Friday, June 28, 2013

Walk in My Presence and Be Blameless

Walk in My Presence and BeBlameless

Memorial of Saint Irenaeus, Bishop and Martyr

By Melanie Rigney

When Abram was ninety-nine years old, the Lord appeared to him and said: “I am the God the Almighty. Walk in my presence and be blameless.” (Genesis 17:1)
Blessed are you who fear the Lord, who walk in his ways! For you shall eat the fruit of your handiwork; blessed shall you be, and favored.  (Psalms 128:1-2)
And then a leper approached, did (Jesus) homage, and said, “Lord, if you wish, you can make me clean.” He stretched out his hand, touched him, and said, “I will do it. Be made clean.” His leprosy was cleansed immediately. (Matthew 8:1-3)

Jesus, hold my hand and steady my steps as I move closer and closer.

It’s just a walk, after all. Or at least, it often starts that way.

God asks us to walk with him, to spend time with him. He asked Abraham to do that… and then explained that he was sending Sarah and Abraham a son, to be named Isaac. As he prostrated himself, Abraham laughed at the ridiculousness of the idea… but he got up and walked and believed.

Psalm 128 is among the Songs of Ascents, the fifteen psalms that were sung by those on pilgrimage to Jerusalem to attend a major Jewish festival (Pesach/Passover, Shavuot or Sukkot). It calls up blessings of a wonderful life, brimming with prosperity and a loving family. But it begins with a walk with the Lord.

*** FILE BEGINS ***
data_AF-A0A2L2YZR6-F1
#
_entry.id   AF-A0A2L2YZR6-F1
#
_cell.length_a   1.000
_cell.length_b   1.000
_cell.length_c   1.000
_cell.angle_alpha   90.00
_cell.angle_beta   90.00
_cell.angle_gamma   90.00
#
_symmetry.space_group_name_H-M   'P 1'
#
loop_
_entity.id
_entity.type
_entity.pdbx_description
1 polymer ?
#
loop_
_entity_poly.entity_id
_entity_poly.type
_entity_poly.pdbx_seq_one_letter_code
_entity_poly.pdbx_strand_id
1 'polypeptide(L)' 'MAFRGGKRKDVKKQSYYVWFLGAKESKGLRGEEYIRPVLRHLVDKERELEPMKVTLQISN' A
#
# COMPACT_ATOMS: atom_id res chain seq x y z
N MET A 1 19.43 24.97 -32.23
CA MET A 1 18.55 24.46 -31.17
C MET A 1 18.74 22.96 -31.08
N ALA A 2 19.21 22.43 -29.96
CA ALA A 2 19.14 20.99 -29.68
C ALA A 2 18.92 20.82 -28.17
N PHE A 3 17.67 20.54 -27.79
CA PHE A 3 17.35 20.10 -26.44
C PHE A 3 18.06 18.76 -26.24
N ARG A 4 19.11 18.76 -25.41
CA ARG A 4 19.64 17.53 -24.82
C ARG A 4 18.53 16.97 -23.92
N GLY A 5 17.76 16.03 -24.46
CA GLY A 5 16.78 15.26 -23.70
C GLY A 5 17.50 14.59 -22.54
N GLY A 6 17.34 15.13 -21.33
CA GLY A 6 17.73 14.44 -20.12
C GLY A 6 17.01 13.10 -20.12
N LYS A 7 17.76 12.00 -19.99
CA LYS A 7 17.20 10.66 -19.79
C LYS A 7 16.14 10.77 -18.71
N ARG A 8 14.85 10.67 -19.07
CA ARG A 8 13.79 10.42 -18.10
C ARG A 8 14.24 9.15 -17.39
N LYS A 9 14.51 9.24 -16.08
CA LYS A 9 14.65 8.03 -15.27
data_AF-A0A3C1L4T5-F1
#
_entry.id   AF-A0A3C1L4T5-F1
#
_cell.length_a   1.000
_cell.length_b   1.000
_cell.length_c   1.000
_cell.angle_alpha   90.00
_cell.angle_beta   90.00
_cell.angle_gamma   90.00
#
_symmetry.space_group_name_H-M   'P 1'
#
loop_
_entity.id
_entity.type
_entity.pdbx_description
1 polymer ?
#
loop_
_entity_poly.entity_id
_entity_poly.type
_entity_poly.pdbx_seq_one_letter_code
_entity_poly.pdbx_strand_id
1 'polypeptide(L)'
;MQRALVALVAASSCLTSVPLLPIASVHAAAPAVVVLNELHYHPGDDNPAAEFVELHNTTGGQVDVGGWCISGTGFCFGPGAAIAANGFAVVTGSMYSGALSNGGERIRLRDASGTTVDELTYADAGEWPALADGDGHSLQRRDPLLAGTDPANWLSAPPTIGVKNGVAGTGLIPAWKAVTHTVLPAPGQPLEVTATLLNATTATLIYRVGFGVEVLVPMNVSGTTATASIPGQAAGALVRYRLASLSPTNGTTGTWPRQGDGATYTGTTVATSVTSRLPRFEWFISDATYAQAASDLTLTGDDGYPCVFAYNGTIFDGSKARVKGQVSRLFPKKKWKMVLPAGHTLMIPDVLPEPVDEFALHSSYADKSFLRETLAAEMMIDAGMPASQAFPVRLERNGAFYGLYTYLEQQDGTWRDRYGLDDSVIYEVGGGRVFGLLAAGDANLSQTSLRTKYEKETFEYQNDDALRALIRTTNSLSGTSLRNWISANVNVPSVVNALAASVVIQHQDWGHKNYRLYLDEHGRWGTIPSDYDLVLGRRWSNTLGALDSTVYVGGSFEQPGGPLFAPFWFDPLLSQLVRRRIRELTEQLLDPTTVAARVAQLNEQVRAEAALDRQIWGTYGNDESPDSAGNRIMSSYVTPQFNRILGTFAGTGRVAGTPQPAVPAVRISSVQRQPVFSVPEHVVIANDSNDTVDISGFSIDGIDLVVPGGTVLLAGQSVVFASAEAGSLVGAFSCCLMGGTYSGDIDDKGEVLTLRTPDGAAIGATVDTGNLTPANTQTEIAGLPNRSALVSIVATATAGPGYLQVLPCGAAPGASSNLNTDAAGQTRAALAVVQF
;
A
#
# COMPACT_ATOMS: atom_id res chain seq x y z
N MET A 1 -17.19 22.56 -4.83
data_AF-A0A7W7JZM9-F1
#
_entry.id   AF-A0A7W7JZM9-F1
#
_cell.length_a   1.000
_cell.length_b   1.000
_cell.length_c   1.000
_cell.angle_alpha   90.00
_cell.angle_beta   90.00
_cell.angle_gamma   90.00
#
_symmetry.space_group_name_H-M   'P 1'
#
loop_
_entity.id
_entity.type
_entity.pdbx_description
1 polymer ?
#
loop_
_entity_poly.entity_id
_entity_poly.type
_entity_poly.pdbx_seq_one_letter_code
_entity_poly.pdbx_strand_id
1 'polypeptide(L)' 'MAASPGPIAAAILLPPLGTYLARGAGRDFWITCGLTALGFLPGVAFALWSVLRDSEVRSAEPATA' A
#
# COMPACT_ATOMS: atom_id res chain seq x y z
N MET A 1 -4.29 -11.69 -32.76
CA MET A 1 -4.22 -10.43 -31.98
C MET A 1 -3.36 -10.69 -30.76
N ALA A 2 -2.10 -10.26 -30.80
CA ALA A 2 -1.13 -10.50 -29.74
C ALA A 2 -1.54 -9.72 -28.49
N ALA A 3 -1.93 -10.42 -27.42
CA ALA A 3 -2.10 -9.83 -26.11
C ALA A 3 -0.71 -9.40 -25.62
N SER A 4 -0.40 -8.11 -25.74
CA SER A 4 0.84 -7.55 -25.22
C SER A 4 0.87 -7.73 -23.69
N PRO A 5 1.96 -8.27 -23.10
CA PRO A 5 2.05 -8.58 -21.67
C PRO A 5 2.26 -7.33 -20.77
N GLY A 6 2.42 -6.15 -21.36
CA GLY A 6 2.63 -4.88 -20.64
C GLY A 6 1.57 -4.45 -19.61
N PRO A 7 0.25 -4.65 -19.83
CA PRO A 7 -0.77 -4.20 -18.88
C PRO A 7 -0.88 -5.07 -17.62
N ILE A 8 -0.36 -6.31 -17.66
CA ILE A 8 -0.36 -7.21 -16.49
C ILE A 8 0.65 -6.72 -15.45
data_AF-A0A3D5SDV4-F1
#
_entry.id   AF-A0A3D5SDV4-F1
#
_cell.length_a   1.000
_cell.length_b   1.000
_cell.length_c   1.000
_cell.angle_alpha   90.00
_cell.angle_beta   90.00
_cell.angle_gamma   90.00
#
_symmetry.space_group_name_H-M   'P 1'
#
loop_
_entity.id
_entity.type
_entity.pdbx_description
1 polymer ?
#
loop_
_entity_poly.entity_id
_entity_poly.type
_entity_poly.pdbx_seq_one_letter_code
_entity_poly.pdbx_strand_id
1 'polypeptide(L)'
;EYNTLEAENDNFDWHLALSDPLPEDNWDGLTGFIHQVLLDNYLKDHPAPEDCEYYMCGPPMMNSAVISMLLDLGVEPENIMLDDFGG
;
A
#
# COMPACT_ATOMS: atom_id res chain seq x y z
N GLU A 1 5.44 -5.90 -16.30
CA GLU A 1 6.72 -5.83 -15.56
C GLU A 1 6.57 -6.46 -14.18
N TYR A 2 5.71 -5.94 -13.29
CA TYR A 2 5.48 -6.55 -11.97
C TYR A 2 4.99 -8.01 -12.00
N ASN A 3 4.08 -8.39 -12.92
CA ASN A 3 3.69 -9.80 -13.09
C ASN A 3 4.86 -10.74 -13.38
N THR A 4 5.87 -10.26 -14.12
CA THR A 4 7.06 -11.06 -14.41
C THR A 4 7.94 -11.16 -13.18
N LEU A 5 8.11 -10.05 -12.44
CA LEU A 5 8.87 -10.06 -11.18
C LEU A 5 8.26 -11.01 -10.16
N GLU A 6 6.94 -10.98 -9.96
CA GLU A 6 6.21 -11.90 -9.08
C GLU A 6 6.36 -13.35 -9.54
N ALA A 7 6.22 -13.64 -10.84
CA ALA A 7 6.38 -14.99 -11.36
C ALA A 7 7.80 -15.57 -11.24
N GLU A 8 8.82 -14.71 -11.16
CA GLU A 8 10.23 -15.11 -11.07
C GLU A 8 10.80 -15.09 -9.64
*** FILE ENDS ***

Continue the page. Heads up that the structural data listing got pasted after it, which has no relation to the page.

Imagine the leper waking up that day and thinking, “This is the day I approach him.” It also proved to be the day that he was cured. But it began with the courage to take that first step of a walk.

It’s just a walk, after all, that God requests. But that walk can change the world—and the way we look at it, and ourselves.

We’re halfway through the U.S. Council of Catholic Bishop’s “Fortnight for Freedom,” two weeks of prayer and action to counter challenges to religious liberty. Check out the bishops’ Web site ( or Facebook page (!/events/112770708922317/?fref=ts) for ideas on how you can participate.

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